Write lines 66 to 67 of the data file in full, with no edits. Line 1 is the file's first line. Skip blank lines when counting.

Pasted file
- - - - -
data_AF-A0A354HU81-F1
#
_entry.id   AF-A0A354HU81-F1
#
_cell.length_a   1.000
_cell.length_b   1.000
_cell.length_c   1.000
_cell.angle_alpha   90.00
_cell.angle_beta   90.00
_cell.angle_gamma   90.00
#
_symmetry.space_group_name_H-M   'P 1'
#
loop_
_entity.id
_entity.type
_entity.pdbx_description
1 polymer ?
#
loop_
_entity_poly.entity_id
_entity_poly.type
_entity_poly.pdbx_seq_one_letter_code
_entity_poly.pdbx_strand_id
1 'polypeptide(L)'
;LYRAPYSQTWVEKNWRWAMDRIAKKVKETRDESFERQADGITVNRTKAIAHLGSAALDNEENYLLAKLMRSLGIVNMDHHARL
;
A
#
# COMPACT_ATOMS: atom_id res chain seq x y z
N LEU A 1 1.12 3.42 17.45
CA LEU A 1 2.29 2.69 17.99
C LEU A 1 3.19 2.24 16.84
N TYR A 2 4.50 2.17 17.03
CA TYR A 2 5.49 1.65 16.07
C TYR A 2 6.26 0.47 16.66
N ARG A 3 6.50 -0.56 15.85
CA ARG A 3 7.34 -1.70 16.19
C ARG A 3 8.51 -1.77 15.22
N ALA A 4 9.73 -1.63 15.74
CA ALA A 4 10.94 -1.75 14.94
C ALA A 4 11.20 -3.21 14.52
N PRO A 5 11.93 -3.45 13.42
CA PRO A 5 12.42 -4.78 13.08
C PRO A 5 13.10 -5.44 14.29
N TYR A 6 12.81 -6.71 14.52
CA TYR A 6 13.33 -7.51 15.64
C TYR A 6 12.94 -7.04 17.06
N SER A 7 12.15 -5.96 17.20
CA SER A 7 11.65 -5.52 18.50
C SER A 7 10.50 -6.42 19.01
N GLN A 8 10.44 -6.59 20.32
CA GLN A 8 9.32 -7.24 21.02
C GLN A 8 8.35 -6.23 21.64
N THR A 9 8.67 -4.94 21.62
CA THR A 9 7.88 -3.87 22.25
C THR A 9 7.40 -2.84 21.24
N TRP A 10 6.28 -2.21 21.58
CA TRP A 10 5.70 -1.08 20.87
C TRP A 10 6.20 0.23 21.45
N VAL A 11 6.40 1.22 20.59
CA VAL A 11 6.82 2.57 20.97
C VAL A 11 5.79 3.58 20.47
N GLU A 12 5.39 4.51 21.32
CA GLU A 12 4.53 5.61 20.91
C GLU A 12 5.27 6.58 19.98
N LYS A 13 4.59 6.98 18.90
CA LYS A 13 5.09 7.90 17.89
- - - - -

C GLU A 12 5.27 6.58 19.98
N LYS A 13 4.59 6.98 18.90